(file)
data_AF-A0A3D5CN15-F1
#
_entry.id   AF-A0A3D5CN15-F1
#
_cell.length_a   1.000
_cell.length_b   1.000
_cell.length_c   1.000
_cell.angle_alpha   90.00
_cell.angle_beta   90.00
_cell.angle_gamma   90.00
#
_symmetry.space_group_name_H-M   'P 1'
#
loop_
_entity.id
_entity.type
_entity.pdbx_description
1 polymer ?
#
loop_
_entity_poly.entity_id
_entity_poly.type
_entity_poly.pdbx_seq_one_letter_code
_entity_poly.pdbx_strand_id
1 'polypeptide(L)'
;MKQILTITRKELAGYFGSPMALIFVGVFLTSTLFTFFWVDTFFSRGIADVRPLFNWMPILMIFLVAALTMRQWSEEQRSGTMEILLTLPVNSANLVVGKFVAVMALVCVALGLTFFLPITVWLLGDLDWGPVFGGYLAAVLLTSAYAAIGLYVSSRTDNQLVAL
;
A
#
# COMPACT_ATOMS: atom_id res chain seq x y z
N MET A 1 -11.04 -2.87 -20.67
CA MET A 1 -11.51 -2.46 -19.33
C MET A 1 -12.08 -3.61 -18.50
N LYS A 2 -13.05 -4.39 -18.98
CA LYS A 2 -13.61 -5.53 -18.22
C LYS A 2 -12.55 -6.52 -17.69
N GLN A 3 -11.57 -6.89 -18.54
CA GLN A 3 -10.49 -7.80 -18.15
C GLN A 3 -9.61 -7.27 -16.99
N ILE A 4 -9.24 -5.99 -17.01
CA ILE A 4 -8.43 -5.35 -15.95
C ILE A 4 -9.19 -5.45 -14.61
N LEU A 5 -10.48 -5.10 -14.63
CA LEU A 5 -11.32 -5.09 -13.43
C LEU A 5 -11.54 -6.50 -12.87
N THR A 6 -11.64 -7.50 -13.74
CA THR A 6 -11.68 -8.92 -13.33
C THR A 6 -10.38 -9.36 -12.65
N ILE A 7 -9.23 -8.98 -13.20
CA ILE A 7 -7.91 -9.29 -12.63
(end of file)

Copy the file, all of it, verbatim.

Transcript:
data_AF-A0A3D5CN15-F1
#
_entry.id   AF-A0A3D5CN15-F1
#
_cell.length_a   1.000
_cell.length_b   1.000
_cell.length_c   1.000
_cell.angle_alpha   90.00
_cell.angle_beta   90.00
_cell.angle_gamma   90.00
#
_symmetry.space_group_name_H-M   'P 1'
#
loop_
_entity.id
_entity.type
_entity.pdbx_description
1 polymer ?
#
loop_
_entity_poly.entity_id
_entity_poly.type
_entity_poly.pdbx_seq_one_letter_code
_entity_poly.pdbx_strand_id
1 'polypeptide(L)'
;MKQILTITRKELAGYFGSPMALIFVGVFLTSTLFTFFWVDTFFSRGIADVRPLFNWMPILMIFLVAALTMRQWSEEQRSGTMEILLTLPVNSANLVVGKFVAVMALVCVALGLTFFLPITVWLLGDLDWGPVFGGYLAAVLLTSAYAAIGLYVSSRTDNQLVAL
;
A
#
# COMPACT_ATOMS: atom_id res chain seq x y z
N MET A 1 -11.04 -2.87 -20.67
CA MET A 1 -11.51 -2.46 -19.33
C MET A 1 -12.08 -3.61 -18.50
N LYS A 2 -13.05 -4.39 -18.98
CA LYS A 2 -13.61 -5.53 -18.22
C LYS A 2 -12.55 -6.52 -17.69
N GLN A 3 -11.57 -6.89 -18.54
CA GLN A 3 -10.49 -7.80 -18.15
C GLN A 3 -9.61 -7.27 -16.99
N ILE A 4 -9.24 -5.99 -17.01
CA ILE A 4 -8.43 -5.35 -15.95
C ILE A 4 -9.19 -5.45 -14.61
N LEU A 5 -10.48 -5.10 -14.63
CA LEU A 5 -11.32 -5.09 -13.43
C LEU A 5 -11.54 -6.50 -12.87
N THR A 6 -11.64 -7.50 -13.74
CA THR A 6 -11.68 -8.92 -13.33
C THR A 6 -10.38 -9.36 -12.65
N ILE A 7 -9.23 -8.98 -13.20
CA ILE A 7 -7.91 -9.29 -12.63